2.5 The protective effect of polyprezinc benefits from Zn
In order to further evaluate the protective effect of PZ on indomethacin-induced apoptosis, PZ and its components Zn and L-carnosine were studied separately. Cell apoptosis was assessed by ELISA. As shown in Figure 6, Zn significantly reduced indomethacin-induced cell apoptosis to almost the same extent as PZ. But L-carnosine did not inhibit indomethacin-induced apoptosis. The protective effect of zinc combined with L-carnosine on indomethacin-induced apoptosis is almost equivalent to that of PZ and Zn, which indicates that the protective effect of PZ on indomethacin-induced apoptosis of RIE-1 cells benefits from Zn. Figure 6 PZ and its subcomponent Zn protect IND-induced apoptosis
2.6 Polyprezinc reduces indomethacin-induced ROS production in RIE-1 cells
According to reports, in the RGM1 cell line, ROS is related to indomethacin-induced apoptosis. Therefore, the redox-sensitive fluorescent probe RedoxSensor Red CC-1 was used to check whether indomethacin induced ROS production in RIE-1 cells and whether PZ inhibited ROS production. As shown in Figure 7, the mitochondria of RIE-1 cells in all groups were stained with MitoTracker Green FM. However, compared with cells incubated with indomethacin alone, the fluorescence intensity of RedoxSensor Red CC-1 was significantly increased in cells incubated with medium alone or with PZ alone. This indicates that indomethacin induced an increase in ROS (O2-, HO or H2O2) in cells, and this increase was inhibited by adding PZ, indicating that PZ has a ROS inactivation effect.
2.7 Polyprezinc reduces indomethacin-induced oxidative stress
"Because it is reported that ROS can modify intracellular molecules, such as proteins and lipids, the effect of indomethacin and/or PZ-induced RIE-1 cells on the production of ROS-modified proteins was evaluated. Among the amino acid residues of protein, cysteine residues are most vulnerable to ROS attack and form S-oxidized protein. Bt-Cys can be used as a molecular probe for detecting S-oxidized protein, and this oxidation can be reversed by using chemical reducing agents (such as DTT). As shown in Figure 8A (left 4 lanes), indomethacin significantly increased several S-thiolated proteins compared with the results of the control group. However, PZ inhibited indomethacin-induced S-thiolated protein production, indicating that PZ has a quenching effect on indomethacin-stimulated ROS in RIE-1 cells. When treated with DTT (right 4 lanes), these S-oxidized proteins could not be detected, indicating that these bands are specific to and correspond to S-oxidized proteins. In addition, indomethacin-induced S-oxidized protein production in the mitochondrial component of RIE-1 cells was more pronounced than in the cytoplasmic component (Figure 8B). This finding supports our data that mitochondria are the main site of ROS production in indomethacin-stimulated RIE-1 cells (Figure 7). Mitochondria are the main source of ROS production in RIE-1 cells stimulated by indomethacin. These results indicate that PZ can protect RIE-1 cells from indomethacin-induced apoptosis through its ROS quenching effect.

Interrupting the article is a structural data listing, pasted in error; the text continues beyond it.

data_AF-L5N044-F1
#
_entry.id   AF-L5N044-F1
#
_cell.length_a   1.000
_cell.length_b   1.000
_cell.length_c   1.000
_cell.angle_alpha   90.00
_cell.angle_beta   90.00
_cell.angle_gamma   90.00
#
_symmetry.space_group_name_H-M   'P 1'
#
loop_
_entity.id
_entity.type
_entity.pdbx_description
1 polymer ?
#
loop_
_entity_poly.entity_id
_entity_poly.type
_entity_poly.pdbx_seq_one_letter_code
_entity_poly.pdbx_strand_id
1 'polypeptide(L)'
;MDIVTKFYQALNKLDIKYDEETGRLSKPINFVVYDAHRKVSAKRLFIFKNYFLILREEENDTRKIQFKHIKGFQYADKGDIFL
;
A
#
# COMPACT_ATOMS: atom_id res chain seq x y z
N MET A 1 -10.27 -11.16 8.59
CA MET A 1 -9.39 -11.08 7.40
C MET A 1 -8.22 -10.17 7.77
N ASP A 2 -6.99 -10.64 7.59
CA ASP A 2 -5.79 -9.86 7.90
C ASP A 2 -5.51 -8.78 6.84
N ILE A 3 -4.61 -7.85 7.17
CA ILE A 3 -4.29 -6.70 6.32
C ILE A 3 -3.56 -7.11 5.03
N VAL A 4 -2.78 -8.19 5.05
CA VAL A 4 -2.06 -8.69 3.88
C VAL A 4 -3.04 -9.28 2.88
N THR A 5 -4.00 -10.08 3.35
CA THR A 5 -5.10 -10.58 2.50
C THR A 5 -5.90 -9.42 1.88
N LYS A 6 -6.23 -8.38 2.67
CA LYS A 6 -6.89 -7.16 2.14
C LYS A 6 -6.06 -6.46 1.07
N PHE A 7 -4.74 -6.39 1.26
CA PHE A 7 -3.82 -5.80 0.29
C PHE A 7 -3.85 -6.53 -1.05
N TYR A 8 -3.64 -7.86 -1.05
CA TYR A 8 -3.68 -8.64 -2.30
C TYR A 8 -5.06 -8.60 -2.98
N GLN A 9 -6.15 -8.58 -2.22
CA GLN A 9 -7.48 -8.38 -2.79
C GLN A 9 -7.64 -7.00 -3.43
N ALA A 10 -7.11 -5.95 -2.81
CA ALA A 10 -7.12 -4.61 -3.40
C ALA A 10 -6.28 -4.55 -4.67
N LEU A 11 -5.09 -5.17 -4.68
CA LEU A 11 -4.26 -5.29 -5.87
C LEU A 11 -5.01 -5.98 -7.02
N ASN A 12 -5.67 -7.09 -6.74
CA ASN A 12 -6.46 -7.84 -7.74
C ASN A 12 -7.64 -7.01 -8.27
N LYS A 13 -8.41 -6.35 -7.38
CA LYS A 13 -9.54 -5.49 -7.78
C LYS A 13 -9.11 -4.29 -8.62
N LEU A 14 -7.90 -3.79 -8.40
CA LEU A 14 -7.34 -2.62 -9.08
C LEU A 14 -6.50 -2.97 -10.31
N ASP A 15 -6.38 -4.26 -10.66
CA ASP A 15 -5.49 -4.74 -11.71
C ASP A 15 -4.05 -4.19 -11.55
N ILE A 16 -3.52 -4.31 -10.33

2.8 Polyprezinc inhibits indomethacin-induced cytochrome c and smac/DIABLO release and caspase-3 activation
"According to the above results, it seems that indomethacin-induced ROS produces S-oxidized proteins in the mitochondria, and these abnormal proteins cause the activation of certain apoptosis-inducing factors. Therefore, we examined cytochrome c and smac/DIABLO, which are the main pro-apoptotic factors in mitochondria. As shown in Figure 9A and B, PZ inhibited the release of indomethacin-induced cytochrome c and smac/DIABLO from the mitochondria to the cytoplasm. In addition, the cleaved caspase-3 (activation) induced by indomethacin acts downstream of cytochrome c and smac/DIABLO (apoptosis) and is inhibited by PZ (Figure 9C), which indicates that the protective effect of PZ depends on ROS quenching. Inactivation and inhibition of the release of cytochrome c and smac/DIABLO into the cytoplasm and caspase-3 activation.
"In short, the non-steroidal anti-inflammatory drug (NSAID) indomethacin (IND) induces apoptosis of small intestinal epithelial cells by generating ROS, releasing cytochrome c and smac/DIABLO, and activating caspase-3. Polyprezinc protects RIE-1 cells by inhibiting ROS production and mitochondrial protein S oxidation. Relaisheng (polyprezinc particles) protects small intestinal epithelial cells from indomethacin-induced apoptosis through its ROS quenching effect, and can be used to prevent NSAID-related small intestinal mucosal damage.